The bottom lines. If Henrik (or Hans) try to dictate the laws to you at this club then ignore them (call the director if necessary) – they have demonstrated that they have no idea. You may recall that Henrik was banned (and still is) from the Mon/Fri clubs partially for the rude/arrogant way that he incorrectly told somebody that they were not allowed to bid after their partner had made a long pause. He apparently still does not know the ruling there either, I suggest he reads the rules before arguing the toss with me/Chuck.
‘Garbage’ Stayman is the most popular form of Stayman played. Playing Garbage Stayman the sequences 1NT - 2♣ - 2♦ - 2♥/♠ are weak. This has appeared in the news-sheets about 50 times but I fully understand why Henrik/Hans do not read the news-sheets. Perhaps they might learn something?
Hans/Henrik continued in the same vein in a very unpleasant atmosphere by asking unnecessary questions on the very next board (I believe that Chuck may have called it ‘cheating’). I have told Dave that it’s up to him if he allows Henrik back in the Wednesday club but Chuck and I certainly do not wish to play against this pair again. Chuck and I play together on Wednesdays for an enjoyable afternoon of bridge – it is evident that Hans/Henrik have the exact opposite in mind. You can rest assured that Henrik will never be seen here on Mondays or Fridays.
If you have any problems with a player’s behaviour on Mondays or Fridays have a word with me. If there’s a problem on Wednesdays then have a word with Dave and/or me. The main goal of our club is that it is friendly, unpleasant behavior will not be tolerated.
I was asked about this one. Apparently one E-W pair (guess who) criticised North’s bid (I assume they were asked? – that’s the club rules). Anyway, South later asked me and I told him that the suggestion given was not the best bid.
Dealer: ♠ 6
Love all ♦ K10943 pass pass 1♥ pass
♣ K10874 1♠ 2NT (1) dbl (2) 3♦ (3)
dbl all pass
♠ J9873 N ♠ KQ10
♥ Q83 W E ♥ A9742
(1) What did you bid with this North hand B in this week’s quiz? This North bid the UNT – showing the minors. E-W told North that he should have doubled instead. I’ll tell you my choice later.
(2) I play this as being able to penalise one of the bidder’s suits.
(3) I would pass here (with no particular preference for either minor) as partner may be 6-5 or whatever, so let him pick the suit.
And what happened? 3♦ doubled cost 500 and scored a bottom against the 450 for 4♠ +1 at most tables. Apparently E-W later told North should have doubled as then they would be at the safe two level. Were E-W correct?
I don’t think so. Obviously North could pass but he understandably wants to show his two minor suits and he has options. 2NT is the UNT but may be unwise between two bidding opponents, I would bid 2NT at favourable vulnerability only. Double would also show the minors, but I would most certainly require a lot more points for the bid (say about a 9-10 count). But there is a solution – the Sandwich NT. 1NT in this position is exactly the same as the UNT – there is no need to jump (especially as you are a passed hand). The sandwich 1NT is the ideal bid with this hand as you don’t get too high and you don’t imply lots of points to partner.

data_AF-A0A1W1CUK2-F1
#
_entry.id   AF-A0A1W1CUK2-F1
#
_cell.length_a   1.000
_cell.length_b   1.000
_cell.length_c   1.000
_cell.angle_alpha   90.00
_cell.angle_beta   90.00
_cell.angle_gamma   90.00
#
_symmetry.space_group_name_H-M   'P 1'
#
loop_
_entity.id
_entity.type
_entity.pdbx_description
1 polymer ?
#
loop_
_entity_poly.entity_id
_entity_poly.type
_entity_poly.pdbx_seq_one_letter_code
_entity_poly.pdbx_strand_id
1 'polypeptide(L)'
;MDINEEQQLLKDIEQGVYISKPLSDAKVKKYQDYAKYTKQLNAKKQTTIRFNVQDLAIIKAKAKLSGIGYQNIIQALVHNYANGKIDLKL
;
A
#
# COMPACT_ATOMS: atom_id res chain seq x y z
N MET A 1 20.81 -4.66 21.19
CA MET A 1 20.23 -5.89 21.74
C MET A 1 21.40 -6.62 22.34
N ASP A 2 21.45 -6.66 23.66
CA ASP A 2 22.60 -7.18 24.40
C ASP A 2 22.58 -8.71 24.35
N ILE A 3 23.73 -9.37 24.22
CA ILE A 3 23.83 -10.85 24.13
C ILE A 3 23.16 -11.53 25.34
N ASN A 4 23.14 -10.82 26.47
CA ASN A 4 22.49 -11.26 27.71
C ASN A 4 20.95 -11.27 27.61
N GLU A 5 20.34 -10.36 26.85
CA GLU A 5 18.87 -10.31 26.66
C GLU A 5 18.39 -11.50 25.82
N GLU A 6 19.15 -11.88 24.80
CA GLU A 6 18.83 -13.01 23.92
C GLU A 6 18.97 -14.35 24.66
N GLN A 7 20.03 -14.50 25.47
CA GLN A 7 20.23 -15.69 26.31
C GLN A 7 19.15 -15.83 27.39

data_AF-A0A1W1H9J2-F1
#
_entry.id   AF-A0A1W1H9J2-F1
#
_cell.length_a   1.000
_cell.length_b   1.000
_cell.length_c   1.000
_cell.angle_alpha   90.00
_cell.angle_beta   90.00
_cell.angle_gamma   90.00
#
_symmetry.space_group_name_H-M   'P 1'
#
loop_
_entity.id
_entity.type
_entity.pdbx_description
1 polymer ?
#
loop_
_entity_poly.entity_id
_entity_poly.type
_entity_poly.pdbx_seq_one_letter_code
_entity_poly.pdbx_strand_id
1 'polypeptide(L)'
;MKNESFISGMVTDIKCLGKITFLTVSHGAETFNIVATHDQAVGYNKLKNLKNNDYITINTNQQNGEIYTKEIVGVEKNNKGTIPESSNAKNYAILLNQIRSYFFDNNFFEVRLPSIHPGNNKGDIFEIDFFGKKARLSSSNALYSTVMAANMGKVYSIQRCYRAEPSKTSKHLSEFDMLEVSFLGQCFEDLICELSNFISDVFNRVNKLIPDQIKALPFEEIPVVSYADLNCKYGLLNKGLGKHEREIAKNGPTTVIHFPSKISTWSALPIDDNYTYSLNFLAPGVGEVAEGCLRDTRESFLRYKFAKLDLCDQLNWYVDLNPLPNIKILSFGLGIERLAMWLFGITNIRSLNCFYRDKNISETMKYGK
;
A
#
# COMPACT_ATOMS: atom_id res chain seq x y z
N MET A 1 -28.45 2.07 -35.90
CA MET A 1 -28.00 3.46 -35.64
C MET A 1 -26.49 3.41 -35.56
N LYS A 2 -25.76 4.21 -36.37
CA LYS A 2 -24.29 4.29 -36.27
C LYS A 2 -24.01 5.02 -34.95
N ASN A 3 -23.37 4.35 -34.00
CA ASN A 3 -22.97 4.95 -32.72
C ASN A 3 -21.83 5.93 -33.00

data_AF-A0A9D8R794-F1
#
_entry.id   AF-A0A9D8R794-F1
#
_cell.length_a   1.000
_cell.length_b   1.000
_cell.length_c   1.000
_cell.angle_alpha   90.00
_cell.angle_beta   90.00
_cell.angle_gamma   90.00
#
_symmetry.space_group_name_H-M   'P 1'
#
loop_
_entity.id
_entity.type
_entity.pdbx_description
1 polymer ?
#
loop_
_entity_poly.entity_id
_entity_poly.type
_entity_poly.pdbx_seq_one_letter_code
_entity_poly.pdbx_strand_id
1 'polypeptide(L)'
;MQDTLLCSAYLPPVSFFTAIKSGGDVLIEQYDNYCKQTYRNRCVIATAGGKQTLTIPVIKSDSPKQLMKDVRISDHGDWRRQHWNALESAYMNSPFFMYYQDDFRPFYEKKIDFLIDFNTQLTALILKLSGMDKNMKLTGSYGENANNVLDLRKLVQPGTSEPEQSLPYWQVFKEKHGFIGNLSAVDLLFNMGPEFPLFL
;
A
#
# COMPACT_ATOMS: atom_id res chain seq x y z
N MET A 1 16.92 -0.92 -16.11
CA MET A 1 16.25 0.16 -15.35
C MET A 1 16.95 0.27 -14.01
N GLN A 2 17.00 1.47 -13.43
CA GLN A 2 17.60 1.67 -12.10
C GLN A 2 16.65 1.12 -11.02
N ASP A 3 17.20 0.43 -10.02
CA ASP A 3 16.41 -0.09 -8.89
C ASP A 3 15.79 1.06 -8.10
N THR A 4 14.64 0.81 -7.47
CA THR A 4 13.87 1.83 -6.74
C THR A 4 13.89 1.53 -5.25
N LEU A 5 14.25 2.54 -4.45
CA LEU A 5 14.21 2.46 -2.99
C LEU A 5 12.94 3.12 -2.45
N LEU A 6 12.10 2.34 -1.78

The bottom lines: -
- It seems sensible to me to only ask advice from people about bidding if they are known to know what they are talking about. You can always ask me or Chuck. Ask others if you wish, but they may be simply ‘talking garbage’.
If LHO opens,
partner passes and
There have been a few mis-understanding at the club recently and so I’ll take this opportunity to clear up a few things. Now I do not agree with everything that the ACBL says, but the following extract from their paper on alerts certainly makes a lot of sense.
‘Natural bids that convey an unexpected meaning must be Alerted. This includes strong bids that sound weak, weak bids that sound strong, and all other bids that, by agreement, convey meanings different from, or in addition to, the expected meaning ascribed to them’.
So then, natural bids that have an unexpected meaning should be alerted/announced, and I totally agree. It’s a shame that the WBF do not always implement the above paragraph. Let’s have a few important examples of my interpretation of this and how it applies at our club: -
1- Transfers. If you play 2♦/♥ as natural over partner’s 1NT then this is a natural bid with an unexpected meaning (most would expect a transfer these days) and I believe it fits in with their paragraph above and needs alerting. It is not in accordance with other ACBL rules (so they have got themselves in a muddle here) but at this club a natural 2♦/♥ response to 1NT should be alerted as it is unexpected. I think it’s best if you also alert or announce transfers (I always announce).
2- Strong opening twos. The ACBL are not specific here and so I believe that their paragraph above should apply. Most players play weak opening twos and so a strong opening two needs to be alerted at this club in accordance with the above paragraph.
3- Weak jump shifts. The ACBL are actually very specific here – weak jump shifts are not standard and I totally agree that they need to be alerted.
4- Weak jump overcalls. These are standard and not alertable. Only strong/intermediate jump overcalls need alerting in accordance with the ACBL’s paragraph.